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Asad Shah murder: It's time the Government cracked down on hate preachers

A Glaswegian shopkeeper was murdered for his beliefs. 

I never knew Asad Shah personally, but as one of my fellow Ahmadi Muslims, I may have bumped in to during one of our annual conventions, the Jalsa Salana which is held in the south of England every summer. I can imagine passing him among the throngs leaving the huge men’s marquee after the congregational prayers or at the end of a session of speeches. We would have mingled with our friends from all over the world after each session; him and me, along with thousands of others enjoying the best of British summer and the best of British inclusiveness and tolerance.

Asad Shah, the genteel Glasgow shopkeeper with a smile, was murdered on 24 March. His murderer, Tanveer Ahmed has been sentenced to 27 years in prison. Unlike Asad, he seems to hate the freedoms this country has to offer to all of us.

He showed no remorse over his actions and in his phone conversations posted on Youtube by his admirers, he repeated his his earlier stance - he is proud of what he has done. 

Like many other families, the Shahs came to this country after fleeing state-sponsored persecution in Pakistan. Jihadi outfits there regularly target Ahmadis, attacking our mosques, banning our daily religious rituals and murdering our people in cold blood.

The Pakistani government often appears to be a willing partner in this crime. 

In 1974, a constitutional amendment declared us non-Muslims in 1974, and in 1984 we were banned from openly practicing our faith. Along with the anti-Ahmadi laws that carried a penalty of three years imprisonment, the dictator Zia-ul-Haq also implemented the blasphemy laws and made blasphemy a capital offense. 

There have been no annual conventions held in Pakistan since that year. 

Asad Shah's murderer was apparently incensed by what Asad posted on Facebook - some thought that it was his Easter message to Christians in Scotland. But the key point is that  Ahmed thought that Asad had “disrespected Islam” and that was unacceptable. 

Ahmed belongs to the Barelvi sect of Islam. This is often depicted as a peaceful "Sufi" variety of Islam that should prevail over the more dogmatic Deobandis or Wahhabi versions. But this murder shows that even in the Barelvi sect there is a violent streak that has to be checked. Ahmed is of Pakistani origin himself and had direct contact with the family of Mumtaz Qadri, who assassinated the Punjab Governor, Salman Taseer, for defending a woman accused of blasphemy. Qadri was hanged for his crime earlier this year. This lead to country-wide protests in Pakistan, and many prominent scholars and politicians mourned at his death. For such mourners, Qadri died a hero. Anyone who murders a blasphemer is deemed a ghazi, a honorific title for those who fight wars in a just cause. 

Pakistan's blasphemy laws have been turned into the tools to stigmatize and persecute minorities. Not only this, these laws are directly and indirectly responsible for murders and extrajudicial killings as such acts are seen as a rightful response to any perceived act of blasphemy. Even criticising such laws can be considered blasphemy - as the murder of Taseer underlines. 

Tanveer Ahmed’s crime was a carefully calculated and planned murder. He idolised Mumtaz Qadri, and he was not alone. TV channels run by UK-based Barelvi outfits ran live call-in shows openly expressing their support of Qadri and his cause. Even a well-known Imam from Asad Shah’s own city, Glasgow, appeared to eulogise Qadri.  

A most disturbing pattern has emerged out of this latest horrible event. Just as Mumtaz Qadri, Tanveer Ahmed seems to have his own cult following. There are videos on YouTube broadcasting his sermons from prison. In a recent speech he has appealed to the Imams in the UK to start petitioning to create a blasphemy law in this country as soon as possible. He is aware of the potency of his actions and the message it carries among the Pakistani-Barelvi diaspora and he has no intention of wasting his 27 year sentence on self-reflection or remorse. His legend is already being told by some clerics in religious gathering in all its gory details.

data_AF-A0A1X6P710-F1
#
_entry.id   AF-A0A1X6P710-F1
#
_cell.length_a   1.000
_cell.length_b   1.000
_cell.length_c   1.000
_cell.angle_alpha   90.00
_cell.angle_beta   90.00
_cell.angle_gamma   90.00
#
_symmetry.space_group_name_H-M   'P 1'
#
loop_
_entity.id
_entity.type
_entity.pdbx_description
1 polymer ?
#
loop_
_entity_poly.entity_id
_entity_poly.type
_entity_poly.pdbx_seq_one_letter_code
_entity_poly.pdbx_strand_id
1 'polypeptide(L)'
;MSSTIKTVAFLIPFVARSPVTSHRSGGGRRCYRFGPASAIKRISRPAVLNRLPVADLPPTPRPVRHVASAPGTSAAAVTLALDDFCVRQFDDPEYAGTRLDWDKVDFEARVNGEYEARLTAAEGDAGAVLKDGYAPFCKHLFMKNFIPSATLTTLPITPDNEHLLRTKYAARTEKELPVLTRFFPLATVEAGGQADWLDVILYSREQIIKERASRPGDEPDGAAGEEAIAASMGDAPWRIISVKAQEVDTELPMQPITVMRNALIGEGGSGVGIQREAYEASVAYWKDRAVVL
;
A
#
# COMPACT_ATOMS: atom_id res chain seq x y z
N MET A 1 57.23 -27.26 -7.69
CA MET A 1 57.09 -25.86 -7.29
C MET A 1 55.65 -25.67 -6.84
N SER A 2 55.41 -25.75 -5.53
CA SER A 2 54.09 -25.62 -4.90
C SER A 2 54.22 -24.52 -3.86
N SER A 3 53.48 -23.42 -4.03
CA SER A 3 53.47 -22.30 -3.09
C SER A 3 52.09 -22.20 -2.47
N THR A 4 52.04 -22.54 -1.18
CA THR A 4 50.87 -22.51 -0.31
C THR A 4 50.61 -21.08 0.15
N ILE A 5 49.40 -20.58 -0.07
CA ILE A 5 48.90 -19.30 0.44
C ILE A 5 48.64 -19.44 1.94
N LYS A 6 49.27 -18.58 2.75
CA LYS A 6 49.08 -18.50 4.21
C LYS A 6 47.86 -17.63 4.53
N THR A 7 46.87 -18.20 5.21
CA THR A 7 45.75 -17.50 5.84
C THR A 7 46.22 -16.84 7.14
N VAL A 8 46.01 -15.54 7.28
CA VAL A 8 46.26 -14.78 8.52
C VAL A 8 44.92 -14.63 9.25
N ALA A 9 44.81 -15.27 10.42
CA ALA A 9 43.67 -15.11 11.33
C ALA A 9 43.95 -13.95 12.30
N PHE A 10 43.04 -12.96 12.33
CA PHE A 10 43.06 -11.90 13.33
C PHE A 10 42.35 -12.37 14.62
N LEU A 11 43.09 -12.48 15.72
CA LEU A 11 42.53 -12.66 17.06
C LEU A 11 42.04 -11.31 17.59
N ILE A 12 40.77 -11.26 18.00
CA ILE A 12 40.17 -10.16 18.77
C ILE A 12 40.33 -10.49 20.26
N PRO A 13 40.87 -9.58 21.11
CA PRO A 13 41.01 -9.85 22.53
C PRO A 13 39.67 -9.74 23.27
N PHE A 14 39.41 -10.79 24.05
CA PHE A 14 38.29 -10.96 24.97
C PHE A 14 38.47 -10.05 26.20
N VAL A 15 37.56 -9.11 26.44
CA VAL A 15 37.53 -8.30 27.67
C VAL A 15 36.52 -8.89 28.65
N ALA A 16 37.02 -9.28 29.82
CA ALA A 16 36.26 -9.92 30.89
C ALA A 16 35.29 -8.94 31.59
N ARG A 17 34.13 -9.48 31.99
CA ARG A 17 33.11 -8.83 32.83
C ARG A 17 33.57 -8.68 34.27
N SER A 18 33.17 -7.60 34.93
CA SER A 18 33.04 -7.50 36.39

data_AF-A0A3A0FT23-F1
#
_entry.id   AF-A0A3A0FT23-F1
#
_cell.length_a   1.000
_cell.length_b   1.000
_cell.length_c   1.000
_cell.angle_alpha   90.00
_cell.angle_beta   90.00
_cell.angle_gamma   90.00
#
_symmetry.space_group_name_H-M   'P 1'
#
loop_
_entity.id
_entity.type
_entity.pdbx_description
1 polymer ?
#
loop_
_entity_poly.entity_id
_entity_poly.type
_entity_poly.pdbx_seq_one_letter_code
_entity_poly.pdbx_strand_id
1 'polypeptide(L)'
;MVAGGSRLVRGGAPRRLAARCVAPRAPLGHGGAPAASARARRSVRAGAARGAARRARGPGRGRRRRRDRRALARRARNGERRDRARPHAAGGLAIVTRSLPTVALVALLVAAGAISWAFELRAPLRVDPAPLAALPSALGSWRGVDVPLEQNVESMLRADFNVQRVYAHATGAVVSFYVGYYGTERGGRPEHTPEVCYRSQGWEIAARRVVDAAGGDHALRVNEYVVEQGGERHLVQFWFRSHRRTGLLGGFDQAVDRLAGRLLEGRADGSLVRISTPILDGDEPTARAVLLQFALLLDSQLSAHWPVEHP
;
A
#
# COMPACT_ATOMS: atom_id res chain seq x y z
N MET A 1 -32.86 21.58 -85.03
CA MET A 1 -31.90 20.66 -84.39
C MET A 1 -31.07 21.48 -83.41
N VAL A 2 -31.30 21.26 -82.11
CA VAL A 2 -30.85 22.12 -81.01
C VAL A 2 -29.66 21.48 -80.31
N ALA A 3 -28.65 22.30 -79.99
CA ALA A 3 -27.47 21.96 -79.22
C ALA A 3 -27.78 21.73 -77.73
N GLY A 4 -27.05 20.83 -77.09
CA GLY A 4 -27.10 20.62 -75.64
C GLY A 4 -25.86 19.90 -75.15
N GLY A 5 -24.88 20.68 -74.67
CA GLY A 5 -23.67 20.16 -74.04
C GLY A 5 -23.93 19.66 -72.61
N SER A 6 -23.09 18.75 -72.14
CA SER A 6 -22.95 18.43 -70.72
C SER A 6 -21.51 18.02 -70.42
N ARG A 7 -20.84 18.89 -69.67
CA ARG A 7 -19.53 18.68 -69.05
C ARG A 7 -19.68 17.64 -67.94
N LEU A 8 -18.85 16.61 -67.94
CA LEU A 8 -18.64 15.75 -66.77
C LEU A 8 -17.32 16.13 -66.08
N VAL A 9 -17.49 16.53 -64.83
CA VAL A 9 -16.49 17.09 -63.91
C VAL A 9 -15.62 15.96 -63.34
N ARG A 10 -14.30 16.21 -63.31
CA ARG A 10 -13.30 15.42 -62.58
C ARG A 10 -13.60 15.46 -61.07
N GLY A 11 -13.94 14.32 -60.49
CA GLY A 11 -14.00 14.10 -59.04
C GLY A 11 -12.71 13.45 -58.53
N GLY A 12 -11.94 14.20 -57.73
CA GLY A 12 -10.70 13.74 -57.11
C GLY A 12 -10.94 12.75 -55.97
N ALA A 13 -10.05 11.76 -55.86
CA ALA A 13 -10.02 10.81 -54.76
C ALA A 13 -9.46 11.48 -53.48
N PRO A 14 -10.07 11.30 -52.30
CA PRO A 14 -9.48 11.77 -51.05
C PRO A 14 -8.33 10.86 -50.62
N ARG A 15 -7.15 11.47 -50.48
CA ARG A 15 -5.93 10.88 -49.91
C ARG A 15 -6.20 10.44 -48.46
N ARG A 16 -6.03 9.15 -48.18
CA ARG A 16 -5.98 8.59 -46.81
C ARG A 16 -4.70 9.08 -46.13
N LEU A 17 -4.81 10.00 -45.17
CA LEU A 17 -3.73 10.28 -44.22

Such videos are shared widely on many social media platforms and no doubt many British Muslims will be exposed to these stories. Who knows how many will be radicalised by such propaganda?

While we see justice has been served in this case, the sense of loss will remain for many years to come. I say this because we could have prevented this murder by clamping down on the import of hate preachers from Pakistan. Only a few months ago, a cleric who vowed at the funeral of Mumtaz Qadri to carry on his mission, was allowed into the UK. Worryingly, this cleric is a frequent speaker at many UK mosques and on many TV channels. Similarly, the noxious, hate-filled propaganda of various Khatm-e-Nabuwwat-affiliated organizations – that spearhead anti-Ahmadi extremism in Pakistan - finds a receptive audience in many mosques. There are regular conferences held in major UK cities to mark the passing of the 1974 2nd amendment to the constitution of Pakistan that declared Ahmadis to be non-Muslims. 

The Government should ensure that those convicted of hate, such as Tanveer Ahmed, cannot spread their message on social media or on any platforms. They must crack down on preachers of hate entering the UK. The Government should also act swiftly on intelligence they hold to protect all citizens for an attack on one is an attack on all. Non-violent extremism is potentially as dangerous and must be tackled with the same vigour as violent extremism. We look forward to learning of the Government’s plans in this area.

The Ahmadiyya Muslim community has been present on these isles for almost more than a hundred years, bringing with them the peaceful, tolerant and compassionate message of Islam. Their message of peace, non-violence and absolute justice for all mankind is making a real difference to our communities in the UK. Asad Shah was one Pakistani Ahmadi in Scotland; there are thousands more all across the UK willing and eager to share their message of "Love for All, Hatred for None" – indeed you may have seen our campaigns on buses.